The Xorist-TAKA Ransomware, as it names suggests, is a ransomware threat that cybersecurity analysts have determined to be be based on Xorist Ransomware and, as a result, part of the Xorist family of ransomware threats. Victims of Xorist-TAKA will find that all of their files have suddenly become inaccessible and that a new extension - ' .TAKA' has been appended to their original filenames. The criminals behind the ransomware threat have employed nearly all of the methods used to get the attention of the affected users. They have designed the Xorist-TAKA Ransomware to change the image used by the victims as a desktop background while simultaneously dropping the ransom note as text files placed in every folder with encrypted data and being displayed in a pop-up window.
The message written on the desktop image is rather short, simply stating, 'YOU HAVE BEEN HACKED !' The text files with the ransom note are named 'HOW TO DECRYPT FILES.txt,' and their instructions are identical with the ones presented in the pop-up window.
Victims of Xorist-TAKA are instructed to contact the 'email@example.com' email address. The price placed on the decryption key possessed by the hackers is $50, payable in Bitcoin, but it can be lowered to half that amount, $25 if victims establish communication within the first 72 hours after the ransomware infection. It should be noted that only 70 attempts are possible to input the right decryption key. If that amount is exceeded, all of the encrypted data will supposedly be destroyed irreversibly.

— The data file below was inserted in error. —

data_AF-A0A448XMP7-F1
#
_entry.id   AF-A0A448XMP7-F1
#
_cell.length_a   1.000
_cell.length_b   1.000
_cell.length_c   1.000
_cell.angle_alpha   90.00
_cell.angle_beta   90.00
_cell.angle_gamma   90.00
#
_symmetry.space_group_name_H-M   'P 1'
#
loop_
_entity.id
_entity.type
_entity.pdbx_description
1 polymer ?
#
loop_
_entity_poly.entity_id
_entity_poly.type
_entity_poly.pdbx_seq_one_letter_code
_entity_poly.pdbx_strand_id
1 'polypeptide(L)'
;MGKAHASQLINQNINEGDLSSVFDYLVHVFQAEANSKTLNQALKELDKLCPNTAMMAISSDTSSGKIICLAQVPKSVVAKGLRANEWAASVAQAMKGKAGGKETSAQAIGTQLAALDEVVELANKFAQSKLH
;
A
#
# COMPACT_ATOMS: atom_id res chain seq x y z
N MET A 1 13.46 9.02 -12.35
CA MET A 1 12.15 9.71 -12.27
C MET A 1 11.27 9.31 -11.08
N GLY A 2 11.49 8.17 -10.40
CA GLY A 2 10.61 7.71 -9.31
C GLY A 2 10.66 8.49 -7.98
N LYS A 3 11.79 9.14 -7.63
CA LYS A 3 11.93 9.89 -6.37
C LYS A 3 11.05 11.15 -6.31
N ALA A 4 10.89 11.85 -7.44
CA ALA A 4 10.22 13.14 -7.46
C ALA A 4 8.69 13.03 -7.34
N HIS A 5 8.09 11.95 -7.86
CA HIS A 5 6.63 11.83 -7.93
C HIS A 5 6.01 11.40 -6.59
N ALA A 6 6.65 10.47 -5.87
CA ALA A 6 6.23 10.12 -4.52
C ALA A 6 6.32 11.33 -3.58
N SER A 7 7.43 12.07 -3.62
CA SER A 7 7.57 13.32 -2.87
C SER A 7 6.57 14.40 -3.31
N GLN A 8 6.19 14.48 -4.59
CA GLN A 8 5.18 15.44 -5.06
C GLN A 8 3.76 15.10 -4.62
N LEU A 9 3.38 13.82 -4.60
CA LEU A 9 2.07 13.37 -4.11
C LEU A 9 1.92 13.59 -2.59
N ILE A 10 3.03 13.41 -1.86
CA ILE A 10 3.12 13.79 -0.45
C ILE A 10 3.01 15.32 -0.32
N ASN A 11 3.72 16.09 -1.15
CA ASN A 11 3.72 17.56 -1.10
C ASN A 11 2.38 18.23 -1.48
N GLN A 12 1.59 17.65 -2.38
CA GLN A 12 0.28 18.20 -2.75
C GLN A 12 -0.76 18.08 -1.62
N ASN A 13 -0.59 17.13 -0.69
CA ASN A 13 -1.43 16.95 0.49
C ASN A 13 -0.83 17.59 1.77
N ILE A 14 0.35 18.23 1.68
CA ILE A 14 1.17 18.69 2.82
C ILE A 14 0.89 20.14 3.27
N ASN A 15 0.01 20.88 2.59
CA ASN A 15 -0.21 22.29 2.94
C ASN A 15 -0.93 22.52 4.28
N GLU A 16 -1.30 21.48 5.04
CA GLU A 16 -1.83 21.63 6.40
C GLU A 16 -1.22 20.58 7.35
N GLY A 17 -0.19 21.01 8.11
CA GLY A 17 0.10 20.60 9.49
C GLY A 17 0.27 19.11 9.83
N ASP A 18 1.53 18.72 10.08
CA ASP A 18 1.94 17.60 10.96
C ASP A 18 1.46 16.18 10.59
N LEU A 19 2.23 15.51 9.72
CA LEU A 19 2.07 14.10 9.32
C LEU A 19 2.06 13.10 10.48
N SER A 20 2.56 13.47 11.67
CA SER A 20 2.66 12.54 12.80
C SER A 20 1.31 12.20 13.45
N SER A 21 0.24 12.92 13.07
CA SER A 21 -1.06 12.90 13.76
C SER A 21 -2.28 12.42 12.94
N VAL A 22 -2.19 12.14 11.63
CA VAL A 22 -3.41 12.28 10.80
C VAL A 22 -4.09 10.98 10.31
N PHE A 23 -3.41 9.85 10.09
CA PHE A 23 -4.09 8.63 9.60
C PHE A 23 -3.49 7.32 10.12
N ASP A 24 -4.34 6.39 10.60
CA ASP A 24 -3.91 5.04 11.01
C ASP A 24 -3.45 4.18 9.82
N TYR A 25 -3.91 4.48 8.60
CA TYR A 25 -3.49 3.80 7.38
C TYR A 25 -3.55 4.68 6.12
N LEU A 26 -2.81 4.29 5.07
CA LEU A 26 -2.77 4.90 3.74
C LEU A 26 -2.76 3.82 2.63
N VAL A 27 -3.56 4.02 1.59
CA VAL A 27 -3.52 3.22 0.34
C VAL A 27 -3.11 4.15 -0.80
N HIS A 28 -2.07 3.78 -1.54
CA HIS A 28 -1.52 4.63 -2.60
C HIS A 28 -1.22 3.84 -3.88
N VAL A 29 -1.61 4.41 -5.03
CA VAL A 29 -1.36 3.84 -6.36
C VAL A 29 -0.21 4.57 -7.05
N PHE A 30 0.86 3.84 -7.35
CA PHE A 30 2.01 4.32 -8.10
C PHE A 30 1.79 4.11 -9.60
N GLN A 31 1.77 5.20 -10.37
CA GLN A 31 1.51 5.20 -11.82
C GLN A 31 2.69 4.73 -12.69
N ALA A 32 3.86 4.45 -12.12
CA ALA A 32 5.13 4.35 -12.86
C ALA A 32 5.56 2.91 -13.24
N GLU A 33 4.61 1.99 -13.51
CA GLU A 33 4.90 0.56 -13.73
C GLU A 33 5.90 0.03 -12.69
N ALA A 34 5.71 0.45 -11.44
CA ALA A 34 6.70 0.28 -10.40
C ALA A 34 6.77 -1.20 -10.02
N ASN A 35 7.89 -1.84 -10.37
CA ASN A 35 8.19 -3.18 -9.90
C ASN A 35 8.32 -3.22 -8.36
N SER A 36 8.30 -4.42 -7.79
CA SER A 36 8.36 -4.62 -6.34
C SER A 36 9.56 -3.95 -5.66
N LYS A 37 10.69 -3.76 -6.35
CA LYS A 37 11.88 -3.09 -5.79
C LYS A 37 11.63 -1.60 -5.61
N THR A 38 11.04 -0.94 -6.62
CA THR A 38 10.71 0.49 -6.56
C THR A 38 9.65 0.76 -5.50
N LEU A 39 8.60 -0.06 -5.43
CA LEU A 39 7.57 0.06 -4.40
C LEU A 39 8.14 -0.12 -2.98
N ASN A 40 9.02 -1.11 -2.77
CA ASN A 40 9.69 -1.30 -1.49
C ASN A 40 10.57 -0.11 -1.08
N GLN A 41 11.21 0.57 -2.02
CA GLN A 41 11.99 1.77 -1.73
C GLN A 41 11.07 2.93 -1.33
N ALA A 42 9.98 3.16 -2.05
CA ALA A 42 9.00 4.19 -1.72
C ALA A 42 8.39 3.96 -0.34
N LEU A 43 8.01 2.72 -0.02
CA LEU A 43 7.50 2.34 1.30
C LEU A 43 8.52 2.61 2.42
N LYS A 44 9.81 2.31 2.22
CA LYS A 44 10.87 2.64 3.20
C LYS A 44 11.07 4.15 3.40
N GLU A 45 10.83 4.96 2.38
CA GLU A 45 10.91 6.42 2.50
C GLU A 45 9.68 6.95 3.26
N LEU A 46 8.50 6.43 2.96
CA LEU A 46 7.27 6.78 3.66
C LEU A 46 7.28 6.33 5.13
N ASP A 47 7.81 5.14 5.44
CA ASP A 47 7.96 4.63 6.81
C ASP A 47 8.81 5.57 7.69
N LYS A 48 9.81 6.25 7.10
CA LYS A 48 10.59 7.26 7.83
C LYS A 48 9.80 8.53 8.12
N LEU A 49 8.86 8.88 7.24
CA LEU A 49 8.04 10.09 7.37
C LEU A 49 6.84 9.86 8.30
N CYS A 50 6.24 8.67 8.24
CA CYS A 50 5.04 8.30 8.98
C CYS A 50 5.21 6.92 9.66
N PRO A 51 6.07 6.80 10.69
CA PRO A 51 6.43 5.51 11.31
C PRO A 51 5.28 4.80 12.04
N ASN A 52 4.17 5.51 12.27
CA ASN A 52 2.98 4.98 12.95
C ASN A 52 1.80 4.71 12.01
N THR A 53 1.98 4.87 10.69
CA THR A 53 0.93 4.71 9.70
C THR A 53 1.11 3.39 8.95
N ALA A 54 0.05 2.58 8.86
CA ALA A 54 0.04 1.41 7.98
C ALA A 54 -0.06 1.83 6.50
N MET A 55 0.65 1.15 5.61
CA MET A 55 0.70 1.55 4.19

The full text of the Xorist-TAKA Ransomware's note is:
'Attention! All your files are encrypted!
To restore your files and access them,
please send an SMS with the text firstname.lastname@example.org
You have 70 attempts to enter the code.
When that number has been exceeded,
all the data irreversibly is destroyed.
Be careful when you enter the code!
Price of private key and decrypt software is $50.
Discount available if you contact us first 72 hours, that's price for you is $25
BTC Wallet: 37t6hwuzJbq6PtEgaxyS3AWyLS99qMGrt8
Bitcoin ee Na Parle Bkash Payment korte Parbn tk2500[3days]
Contact me here: email@example.com.'
The ransom note contains the email address of the attackers. Victims are to contact the attackers and pay the ransom fee of $50 in bitcoin. The note also explains users can get a 50% discount if they reach out within 72 hours of infection. The note also warns against users attempting to guess the key, as it says that the data is corrupted forever if the password is entered incorrectly 70 times.